Lordosis, kyphosis, and scoliosis

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Lordosis, kyphosis, and scoliosis



Lordosis, kyphosis, and scoliosis


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Lordosis, kyphosis, and scoliosis

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A 16-year-old girl presents to the pediatrician for evaluation of back pain. The patient has had ongoing back pain for the past year. In addition, she was noted to have abnormal curvature of the spine during a physical exam at school. She is otherwise healthy and does not take any medications. Physical examination and radiography demonstrate the findings below. The Cobb angle is found to be 35 degrees. What is the next best step in the management of this patient’s condition?

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Kyphosis p. 83


Lordosis, kyphosis, and scoliosis refer to curvatures of the spine.

Lordosis refers to the normal inward curvatures of the spine at the cervical and lumbar regions, while kyphosis refers to the normal outward curvature of the spine specifically at the thoracic region.

These terms get used interchangeably with hyperlordosis and hyperkyphosis, which means that the curves look abnormally pronounced.

Finally there’s scoliosis which always refers to the abnormal sideways curves of the spine.

Now, the bony spine is made of vertebral bones, and there are intervertebral discs that sit between adjacent vertebrae.

The spine is made of 33 vertebrae, which can be divided into 5 regions.

The cervical region has 7 vertebrae, the thoracic region has 12 vertebrae, the lumbar region has 5 vertebrae, the sacral region has 5 vertebrae, and the small tail-like coccygeal region is made up of 4 fused vertebrae.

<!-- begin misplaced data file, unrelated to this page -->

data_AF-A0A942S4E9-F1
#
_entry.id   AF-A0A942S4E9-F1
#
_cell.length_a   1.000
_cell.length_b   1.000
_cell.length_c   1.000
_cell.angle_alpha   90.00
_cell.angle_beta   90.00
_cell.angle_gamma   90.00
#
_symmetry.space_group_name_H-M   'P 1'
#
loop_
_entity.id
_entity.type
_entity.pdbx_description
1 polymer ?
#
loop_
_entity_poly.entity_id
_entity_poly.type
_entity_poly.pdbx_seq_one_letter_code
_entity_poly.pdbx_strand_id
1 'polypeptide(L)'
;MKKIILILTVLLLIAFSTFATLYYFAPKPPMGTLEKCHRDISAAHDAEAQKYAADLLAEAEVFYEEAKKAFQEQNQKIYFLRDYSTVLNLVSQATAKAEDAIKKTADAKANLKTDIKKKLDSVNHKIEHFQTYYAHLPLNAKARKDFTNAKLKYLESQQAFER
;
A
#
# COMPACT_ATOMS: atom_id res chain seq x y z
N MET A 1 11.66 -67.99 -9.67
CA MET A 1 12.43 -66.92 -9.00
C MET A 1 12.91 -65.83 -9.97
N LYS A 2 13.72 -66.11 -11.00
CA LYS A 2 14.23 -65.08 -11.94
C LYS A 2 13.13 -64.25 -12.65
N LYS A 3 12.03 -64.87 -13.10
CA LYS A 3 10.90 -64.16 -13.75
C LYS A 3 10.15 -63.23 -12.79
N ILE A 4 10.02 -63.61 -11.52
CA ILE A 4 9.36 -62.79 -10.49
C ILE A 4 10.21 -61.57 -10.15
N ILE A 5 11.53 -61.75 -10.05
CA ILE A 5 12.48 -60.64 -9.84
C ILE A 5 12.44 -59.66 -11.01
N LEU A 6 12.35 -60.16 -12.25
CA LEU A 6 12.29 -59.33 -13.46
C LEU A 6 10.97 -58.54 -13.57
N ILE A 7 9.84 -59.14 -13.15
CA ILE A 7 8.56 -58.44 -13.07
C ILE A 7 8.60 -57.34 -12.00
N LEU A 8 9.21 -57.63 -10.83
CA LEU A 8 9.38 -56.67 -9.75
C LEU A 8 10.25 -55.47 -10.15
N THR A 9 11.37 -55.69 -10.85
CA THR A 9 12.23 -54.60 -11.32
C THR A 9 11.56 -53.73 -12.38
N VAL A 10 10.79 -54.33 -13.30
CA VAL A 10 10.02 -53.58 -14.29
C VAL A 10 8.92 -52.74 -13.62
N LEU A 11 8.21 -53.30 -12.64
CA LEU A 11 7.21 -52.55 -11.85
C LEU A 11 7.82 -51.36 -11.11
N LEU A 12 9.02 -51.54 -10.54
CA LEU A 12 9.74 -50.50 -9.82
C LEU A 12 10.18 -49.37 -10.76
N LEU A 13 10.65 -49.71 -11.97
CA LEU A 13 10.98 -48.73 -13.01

Normally, the cervical and the lumbar spines slightly curve inward.

This results from the fact that the intervertebral discs in these two regions are thicker anteriorly than posteriorly, which causes this part of the spine to lean forward.

On the other hand, the thoracic and the sacral spines are normally curved backward, which is normal kyphosis.

Lordosis and kyphosis are typically associated with underlying conditions.

For example, in osteoporosis the bones become porous and weak, and can develop compression fractures causing the bones to collapse a bit.


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  3. "Pathophysiology of Disease: An Introduction to Clinical Medicine 8E" McGraw-Hill Education / Medical (2018)
  4. "CURRENT Medical Diagnosis and Treatment 2020" McGraw Hill Professional (2019)
  5. "Back and Abdominals" Deep Tissue Massage Treatment (2013)
  6. "Thoracic kyphosis: range in normal subjects" American Journal of Roentgenology (1980)
  7. "Effectiveness of scoliosis-specific exercises for adolescent idiopathic scoliosis compared with other non-surgical interventions: a systematic review and meta-analysis" Physiotherapy (2019)

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